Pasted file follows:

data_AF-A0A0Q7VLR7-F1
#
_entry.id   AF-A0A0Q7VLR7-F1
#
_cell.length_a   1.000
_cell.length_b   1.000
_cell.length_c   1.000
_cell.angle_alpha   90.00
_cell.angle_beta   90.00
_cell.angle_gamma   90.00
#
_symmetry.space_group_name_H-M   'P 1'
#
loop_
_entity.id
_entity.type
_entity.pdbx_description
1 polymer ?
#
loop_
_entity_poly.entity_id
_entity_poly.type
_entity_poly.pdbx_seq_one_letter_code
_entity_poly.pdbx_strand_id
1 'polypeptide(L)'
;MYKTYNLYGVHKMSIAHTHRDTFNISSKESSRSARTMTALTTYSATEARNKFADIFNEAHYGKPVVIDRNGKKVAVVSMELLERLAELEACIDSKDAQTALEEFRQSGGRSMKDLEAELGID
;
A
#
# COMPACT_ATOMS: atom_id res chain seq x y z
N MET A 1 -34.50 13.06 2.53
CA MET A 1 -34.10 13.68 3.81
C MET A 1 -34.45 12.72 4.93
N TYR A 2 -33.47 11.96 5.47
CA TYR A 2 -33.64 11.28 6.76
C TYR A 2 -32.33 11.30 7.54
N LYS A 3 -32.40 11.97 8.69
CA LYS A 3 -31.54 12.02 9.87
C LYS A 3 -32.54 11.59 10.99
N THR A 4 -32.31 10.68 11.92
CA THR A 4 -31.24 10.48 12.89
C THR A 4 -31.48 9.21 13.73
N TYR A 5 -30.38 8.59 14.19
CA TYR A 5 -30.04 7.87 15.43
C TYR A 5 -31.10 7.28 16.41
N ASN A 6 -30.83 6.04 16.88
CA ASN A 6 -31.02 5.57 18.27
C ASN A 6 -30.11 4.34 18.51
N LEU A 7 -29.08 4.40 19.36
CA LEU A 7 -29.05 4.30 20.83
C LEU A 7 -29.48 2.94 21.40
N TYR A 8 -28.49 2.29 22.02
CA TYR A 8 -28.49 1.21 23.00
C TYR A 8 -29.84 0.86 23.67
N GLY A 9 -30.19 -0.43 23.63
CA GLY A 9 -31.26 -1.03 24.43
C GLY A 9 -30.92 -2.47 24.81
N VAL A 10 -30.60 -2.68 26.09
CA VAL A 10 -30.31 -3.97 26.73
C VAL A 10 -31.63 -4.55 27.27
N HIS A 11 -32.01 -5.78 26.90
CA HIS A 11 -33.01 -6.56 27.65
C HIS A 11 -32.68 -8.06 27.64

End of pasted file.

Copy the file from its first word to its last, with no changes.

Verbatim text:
data_AF-A0A0Q7VLR7-F1
#
_entry.id   AF-A0A0Q7VLR7-F1
#
_cell.length_a   1.000
_cell.length_b   1.000
_cell.length_c   1.000
_cell.angle_alpha   90.00
_cell.angle_beta   90.00
_cell.angle_gamma   90.00
#
_symmetry.space_group_name_H-M   'P 1'
#
loop_
_entity.id
_entity.type
_entity.pdbx_description
1 polymer ?
#
loop_
_entity_poly.entity_id
_entity_poly.type
_entity_poly.pdbx_seq_one_letter_code
_entity_poly.pdbx_strand_id
1 'polypeptide(L)'
;MYKTYNLYGVHKMSIAHTHRDTFNISSKESSRSARTMTALTTYSATEARNKFADIFNEAHYGKPVVIDRNGKKVAVVSMELLERLAELEACIDSKDAQTALEEFRQSGGRSMKDLEAELGID
;
A
#
# COMPACT_ATOMS: atom_id res chain seq x y z
N MET A 1 -34.50 13.06 2.53
CA MET A 1 -34.10 13.68 3.81
C MET A 1 -34.45 12.72 4.93
N TYR A 2 -33.47 11.96 5.47
CA TYR A 2 -33.64 11.28 6.76
C TYR A 2 -32.33 11.30 7.54
N LYS A 3 -32.40 11.97 8.69
CA LYS A 3 -31.54 12.02 9.87
C LYS A 3 -32.54 11.59 10.99
N THR A 4 -32.31 10.68 11.92
CA THR A 4 -31.24 10.48 12.89
C THR A 4 -31.48 9.21 13.73
N TYR A 5 -30.38 8.59 14.19
CA TYR A 5 -30.04 7.87 15.43
C TYR A 5 -31.10 7.28 16.41
N ASN A 6 -30.83 6.04 16.88
CA ASN A 6 -31.02 5.57 18.27
C ASN A 6 -30.11 4.34 18.51
N LEU A 7 -29.08 4.40 19.36
CA LEU A 7 -29.05 4.30 20.83
C LEU A 7 -29.48 2.94 21.40
N TYR A 8 -28.49 2.29 22.02
CA TYR A 8 -28.49 1.21 23.00
C TYR A 8 -29.84 0.86 23.67
N GLY A 9 -30.19 -0.43 23.63
CA GLY A 9 -31.26 -1.03 24.43
C GLY A 9 -30.92 -2.47 24.81
N VAL A 10 -30.60 -2.68 26.09
CA VAL A 10 -30.31 -3.97 26.73
C VAL A 10 -31.63 -4.55 27.27
N HIS A 11 -32.01 -5.78 26.90
CA HIS A 11 -33.01 -6.56 27.65
C HIS A 11 -32.68 -8.06 27.64